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Breastfeeding Controversy: Milk Sharing

Spencer Jones

The Other Side of the Nursing Bra
Moms who engage in cross-nursing relish the bonding -- yet this intimacy is why other moms find it a turnoff. In our survey, 45 percent of women said the practice was "disgusting" or "weird," and it bothered them most because "nursing isn't just about nutrition." Thirty six percent said it was a personal experience they wouldn't want to share. "My first reaction is eww! And I'm a breastfeeding advocate," says Erin Acosta of Orange, California. "Barring illness, I can't see myself being okay with it."

While milk sharing is likely to remain controversial, the moms who do it feel doubly rewarded. In fact, a recent study in the Journal of Human Lactation found that moms donate milk because their cups runneth over and they want to help other mothers. Says Stiebel, who would share milk again if the need arose, "Moms are moms to everyone's children."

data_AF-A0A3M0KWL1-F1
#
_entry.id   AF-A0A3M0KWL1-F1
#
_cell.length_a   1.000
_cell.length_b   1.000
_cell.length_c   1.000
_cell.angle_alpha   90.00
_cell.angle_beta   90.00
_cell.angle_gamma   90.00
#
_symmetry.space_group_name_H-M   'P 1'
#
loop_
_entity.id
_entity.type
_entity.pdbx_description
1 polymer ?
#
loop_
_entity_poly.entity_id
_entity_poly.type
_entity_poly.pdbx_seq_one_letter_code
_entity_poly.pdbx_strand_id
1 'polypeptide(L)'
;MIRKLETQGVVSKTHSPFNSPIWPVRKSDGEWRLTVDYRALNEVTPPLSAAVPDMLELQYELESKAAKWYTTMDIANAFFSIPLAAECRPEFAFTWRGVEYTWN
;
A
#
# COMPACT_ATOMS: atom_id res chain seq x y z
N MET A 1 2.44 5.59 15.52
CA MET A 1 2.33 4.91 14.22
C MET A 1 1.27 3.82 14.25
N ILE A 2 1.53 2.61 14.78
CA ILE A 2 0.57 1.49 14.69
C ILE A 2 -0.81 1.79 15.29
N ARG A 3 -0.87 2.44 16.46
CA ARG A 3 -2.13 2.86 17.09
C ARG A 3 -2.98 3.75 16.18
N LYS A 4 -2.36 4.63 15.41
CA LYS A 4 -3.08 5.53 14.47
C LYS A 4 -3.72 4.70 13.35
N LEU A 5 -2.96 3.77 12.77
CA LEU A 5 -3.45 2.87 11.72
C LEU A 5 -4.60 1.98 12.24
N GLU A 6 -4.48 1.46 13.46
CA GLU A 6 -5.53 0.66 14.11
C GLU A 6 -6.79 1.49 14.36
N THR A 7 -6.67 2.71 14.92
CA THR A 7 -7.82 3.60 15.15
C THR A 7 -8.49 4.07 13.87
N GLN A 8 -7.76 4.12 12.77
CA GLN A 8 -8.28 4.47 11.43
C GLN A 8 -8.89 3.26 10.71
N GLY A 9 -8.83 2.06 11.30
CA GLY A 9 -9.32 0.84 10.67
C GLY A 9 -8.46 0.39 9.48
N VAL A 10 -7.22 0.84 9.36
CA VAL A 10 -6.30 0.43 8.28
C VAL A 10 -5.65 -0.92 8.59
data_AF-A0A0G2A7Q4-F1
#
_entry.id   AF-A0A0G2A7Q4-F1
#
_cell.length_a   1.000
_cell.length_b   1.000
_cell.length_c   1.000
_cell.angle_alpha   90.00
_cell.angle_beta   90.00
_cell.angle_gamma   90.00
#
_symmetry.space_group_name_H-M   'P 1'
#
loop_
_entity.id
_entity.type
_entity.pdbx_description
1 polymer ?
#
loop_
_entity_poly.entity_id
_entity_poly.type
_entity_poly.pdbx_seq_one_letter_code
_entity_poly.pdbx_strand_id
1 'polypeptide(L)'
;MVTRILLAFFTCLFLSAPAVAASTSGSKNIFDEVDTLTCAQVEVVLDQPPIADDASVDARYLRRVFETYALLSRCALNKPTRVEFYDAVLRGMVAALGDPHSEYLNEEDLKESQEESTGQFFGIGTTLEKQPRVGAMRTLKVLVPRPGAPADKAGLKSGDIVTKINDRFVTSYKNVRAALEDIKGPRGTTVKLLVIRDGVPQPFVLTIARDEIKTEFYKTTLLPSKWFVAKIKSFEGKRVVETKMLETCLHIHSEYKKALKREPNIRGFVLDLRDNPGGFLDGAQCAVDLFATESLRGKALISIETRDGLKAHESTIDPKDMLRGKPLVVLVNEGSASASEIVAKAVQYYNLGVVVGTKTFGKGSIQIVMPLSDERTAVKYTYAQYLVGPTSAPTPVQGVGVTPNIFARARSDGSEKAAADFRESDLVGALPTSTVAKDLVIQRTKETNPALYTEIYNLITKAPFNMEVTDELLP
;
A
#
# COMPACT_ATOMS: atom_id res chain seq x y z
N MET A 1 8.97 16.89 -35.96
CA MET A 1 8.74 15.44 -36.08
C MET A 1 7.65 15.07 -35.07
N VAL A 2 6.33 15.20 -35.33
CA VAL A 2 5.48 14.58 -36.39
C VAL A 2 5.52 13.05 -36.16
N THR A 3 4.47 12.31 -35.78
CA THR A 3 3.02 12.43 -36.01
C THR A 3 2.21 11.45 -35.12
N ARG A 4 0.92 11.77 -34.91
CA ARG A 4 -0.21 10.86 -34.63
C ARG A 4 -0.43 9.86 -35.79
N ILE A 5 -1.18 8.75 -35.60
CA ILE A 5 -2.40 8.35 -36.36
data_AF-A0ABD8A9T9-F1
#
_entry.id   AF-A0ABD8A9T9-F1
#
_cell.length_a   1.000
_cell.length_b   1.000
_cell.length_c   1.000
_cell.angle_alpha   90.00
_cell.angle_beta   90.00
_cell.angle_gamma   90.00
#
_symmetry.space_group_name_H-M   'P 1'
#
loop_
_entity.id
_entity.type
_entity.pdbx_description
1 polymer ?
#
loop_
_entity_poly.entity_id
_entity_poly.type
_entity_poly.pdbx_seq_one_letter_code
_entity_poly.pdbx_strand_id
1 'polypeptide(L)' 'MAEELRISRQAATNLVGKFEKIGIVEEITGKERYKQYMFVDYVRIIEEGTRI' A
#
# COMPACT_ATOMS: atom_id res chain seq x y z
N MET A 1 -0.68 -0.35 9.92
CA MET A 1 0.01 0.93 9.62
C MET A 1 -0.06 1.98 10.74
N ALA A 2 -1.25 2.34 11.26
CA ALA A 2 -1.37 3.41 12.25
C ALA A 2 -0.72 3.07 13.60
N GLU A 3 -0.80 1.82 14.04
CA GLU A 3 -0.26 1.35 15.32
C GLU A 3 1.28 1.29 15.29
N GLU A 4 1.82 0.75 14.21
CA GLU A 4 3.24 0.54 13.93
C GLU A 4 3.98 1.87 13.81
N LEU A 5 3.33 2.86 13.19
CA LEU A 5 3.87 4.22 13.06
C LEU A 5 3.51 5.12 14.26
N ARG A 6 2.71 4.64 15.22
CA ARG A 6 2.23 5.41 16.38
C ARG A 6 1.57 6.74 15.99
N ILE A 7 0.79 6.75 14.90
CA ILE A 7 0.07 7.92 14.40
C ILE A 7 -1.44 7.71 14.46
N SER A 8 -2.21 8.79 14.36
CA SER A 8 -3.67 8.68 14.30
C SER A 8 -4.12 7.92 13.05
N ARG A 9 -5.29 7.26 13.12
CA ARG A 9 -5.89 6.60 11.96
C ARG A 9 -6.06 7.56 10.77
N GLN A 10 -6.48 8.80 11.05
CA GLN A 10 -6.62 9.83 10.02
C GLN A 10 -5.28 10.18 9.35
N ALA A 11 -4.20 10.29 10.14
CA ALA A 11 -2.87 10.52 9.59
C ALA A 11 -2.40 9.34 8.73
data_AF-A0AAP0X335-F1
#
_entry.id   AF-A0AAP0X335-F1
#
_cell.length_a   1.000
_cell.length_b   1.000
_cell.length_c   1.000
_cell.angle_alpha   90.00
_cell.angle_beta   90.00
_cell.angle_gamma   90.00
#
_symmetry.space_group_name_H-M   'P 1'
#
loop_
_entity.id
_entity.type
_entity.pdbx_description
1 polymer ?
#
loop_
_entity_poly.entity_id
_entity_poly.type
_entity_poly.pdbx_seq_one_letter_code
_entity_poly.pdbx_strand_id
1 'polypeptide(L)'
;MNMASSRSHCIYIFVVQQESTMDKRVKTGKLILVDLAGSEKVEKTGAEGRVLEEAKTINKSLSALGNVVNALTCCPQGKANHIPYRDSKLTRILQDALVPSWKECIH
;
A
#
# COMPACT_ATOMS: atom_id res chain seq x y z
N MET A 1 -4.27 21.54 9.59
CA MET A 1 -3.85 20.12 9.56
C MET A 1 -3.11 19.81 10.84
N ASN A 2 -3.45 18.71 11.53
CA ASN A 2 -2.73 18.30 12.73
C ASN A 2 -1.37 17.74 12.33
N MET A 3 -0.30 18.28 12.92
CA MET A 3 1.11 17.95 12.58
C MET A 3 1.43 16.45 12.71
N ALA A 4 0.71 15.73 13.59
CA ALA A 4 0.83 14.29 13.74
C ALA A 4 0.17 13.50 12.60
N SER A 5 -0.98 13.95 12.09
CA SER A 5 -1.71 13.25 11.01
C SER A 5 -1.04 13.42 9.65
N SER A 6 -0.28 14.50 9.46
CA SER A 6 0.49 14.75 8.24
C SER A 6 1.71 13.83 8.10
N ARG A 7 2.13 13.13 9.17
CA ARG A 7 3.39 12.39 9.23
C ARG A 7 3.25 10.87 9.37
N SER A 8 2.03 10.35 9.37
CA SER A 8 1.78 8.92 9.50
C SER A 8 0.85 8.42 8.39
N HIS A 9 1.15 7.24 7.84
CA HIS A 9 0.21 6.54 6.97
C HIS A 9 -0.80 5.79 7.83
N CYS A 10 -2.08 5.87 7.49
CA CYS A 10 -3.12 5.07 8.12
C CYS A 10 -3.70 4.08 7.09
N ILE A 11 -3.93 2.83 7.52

Share Safely

Donate to a bank
If you want to gift your milk, contact the Human Milk Banking Association of North America (hmbana.org) to find a milk bank near you. You and your milk will be screened to ensure safe sharing.

Insist on testing
If you can't get a prescription for a regulated milk bank, you can find donors at milkshare.com. Be sure the donor lives healthfully and is tested for HIV, hepatitis, herpes, syphilis, tuberculosis, cytomegalovirus, strep, and staph. Never buy milk online -- you can't know if it's safe.

Compare birthdays
When milk sharing, remember that a mom's milk changes over time to match her baby's needs, so it will be best for infants close in age.

Stephanie Wood is the executive editor of Babytalk and a mother of three.

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